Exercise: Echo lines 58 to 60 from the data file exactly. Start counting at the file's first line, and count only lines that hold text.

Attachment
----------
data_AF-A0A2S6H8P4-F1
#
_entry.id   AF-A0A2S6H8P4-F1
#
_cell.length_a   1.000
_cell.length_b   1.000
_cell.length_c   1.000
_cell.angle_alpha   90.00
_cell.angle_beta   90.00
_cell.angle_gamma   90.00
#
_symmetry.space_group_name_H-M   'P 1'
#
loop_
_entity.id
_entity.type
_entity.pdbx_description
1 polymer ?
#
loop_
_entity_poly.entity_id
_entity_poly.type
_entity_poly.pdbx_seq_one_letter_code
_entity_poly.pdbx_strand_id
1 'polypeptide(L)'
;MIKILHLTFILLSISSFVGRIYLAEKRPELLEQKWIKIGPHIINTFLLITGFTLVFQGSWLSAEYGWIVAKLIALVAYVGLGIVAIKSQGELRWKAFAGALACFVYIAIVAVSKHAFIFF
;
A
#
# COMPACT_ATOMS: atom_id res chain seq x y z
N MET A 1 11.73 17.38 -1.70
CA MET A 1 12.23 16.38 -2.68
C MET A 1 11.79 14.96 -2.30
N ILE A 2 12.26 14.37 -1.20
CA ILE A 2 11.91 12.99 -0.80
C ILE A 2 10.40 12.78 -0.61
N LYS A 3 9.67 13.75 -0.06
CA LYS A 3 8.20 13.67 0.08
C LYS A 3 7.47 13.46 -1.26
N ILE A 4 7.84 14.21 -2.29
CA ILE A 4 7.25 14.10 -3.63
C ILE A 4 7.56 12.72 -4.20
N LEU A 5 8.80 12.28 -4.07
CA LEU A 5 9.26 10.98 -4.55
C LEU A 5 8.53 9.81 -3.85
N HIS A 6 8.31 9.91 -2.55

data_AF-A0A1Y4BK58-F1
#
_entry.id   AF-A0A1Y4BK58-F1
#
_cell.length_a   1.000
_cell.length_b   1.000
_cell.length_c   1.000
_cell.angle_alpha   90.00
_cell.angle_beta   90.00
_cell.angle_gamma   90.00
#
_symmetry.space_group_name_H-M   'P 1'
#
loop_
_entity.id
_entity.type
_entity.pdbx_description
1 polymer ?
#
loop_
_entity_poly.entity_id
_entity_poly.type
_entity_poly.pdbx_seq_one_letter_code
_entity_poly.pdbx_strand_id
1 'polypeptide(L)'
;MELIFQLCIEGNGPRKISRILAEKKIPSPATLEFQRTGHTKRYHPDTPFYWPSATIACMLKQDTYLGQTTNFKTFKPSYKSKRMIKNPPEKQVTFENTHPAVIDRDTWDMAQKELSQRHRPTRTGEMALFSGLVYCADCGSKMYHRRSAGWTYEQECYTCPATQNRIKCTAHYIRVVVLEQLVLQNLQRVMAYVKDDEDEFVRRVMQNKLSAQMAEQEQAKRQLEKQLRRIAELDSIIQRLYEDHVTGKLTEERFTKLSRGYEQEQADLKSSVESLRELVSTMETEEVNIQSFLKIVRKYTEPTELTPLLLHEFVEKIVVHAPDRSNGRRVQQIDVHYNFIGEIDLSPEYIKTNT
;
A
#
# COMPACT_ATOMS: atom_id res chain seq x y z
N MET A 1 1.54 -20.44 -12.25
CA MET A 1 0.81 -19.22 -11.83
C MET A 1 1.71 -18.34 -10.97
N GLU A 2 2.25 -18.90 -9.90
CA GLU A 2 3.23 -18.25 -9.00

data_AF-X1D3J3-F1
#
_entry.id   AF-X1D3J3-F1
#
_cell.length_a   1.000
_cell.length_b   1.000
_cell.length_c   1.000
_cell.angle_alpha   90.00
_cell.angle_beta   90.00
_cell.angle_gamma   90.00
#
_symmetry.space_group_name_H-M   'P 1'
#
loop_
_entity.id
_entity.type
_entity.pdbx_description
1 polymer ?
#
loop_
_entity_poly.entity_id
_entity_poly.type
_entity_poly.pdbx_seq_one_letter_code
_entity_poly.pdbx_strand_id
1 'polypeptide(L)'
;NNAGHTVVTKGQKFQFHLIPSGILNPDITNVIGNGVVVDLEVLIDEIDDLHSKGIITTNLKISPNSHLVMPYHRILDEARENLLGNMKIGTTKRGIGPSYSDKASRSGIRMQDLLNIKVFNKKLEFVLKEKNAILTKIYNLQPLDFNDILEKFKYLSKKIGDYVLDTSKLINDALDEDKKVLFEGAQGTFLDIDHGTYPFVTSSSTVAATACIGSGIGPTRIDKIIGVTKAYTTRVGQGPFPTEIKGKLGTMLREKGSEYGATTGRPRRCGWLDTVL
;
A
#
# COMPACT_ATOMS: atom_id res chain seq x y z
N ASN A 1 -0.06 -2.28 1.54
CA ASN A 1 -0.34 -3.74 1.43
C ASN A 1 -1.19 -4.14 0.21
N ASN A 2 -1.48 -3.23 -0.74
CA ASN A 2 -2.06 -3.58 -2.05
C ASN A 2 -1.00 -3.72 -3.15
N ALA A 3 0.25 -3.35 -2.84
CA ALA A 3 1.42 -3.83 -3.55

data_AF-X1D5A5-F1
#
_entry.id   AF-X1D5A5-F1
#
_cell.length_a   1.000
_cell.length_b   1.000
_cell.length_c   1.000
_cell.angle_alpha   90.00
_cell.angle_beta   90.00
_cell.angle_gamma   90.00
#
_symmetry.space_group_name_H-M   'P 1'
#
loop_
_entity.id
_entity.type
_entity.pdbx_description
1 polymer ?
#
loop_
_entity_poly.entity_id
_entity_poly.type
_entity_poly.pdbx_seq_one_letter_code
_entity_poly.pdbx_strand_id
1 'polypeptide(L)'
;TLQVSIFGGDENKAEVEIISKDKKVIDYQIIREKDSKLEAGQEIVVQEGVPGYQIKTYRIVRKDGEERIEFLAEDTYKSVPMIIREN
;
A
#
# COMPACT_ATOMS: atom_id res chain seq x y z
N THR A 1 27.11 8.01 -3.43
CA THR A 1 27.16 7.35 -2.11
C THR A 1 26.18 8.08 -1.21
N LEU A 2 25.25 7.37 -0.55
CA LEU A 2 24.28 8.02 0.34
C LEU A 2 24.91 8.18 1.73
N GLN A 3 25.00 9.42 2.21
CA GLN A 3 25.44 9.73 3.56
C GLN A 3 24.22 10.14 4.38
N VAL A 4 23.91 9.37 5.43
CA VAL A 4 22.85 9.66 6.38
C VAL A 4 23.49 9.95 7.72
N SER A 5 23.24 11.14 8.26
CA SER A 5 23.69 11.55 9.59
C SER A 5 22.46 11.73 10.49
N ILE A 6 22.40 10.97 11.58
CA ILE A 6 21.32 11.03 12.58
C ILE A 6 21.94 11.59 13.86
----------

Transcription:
_symmetry.space_group_name_H-M   'P 1'
#
loop_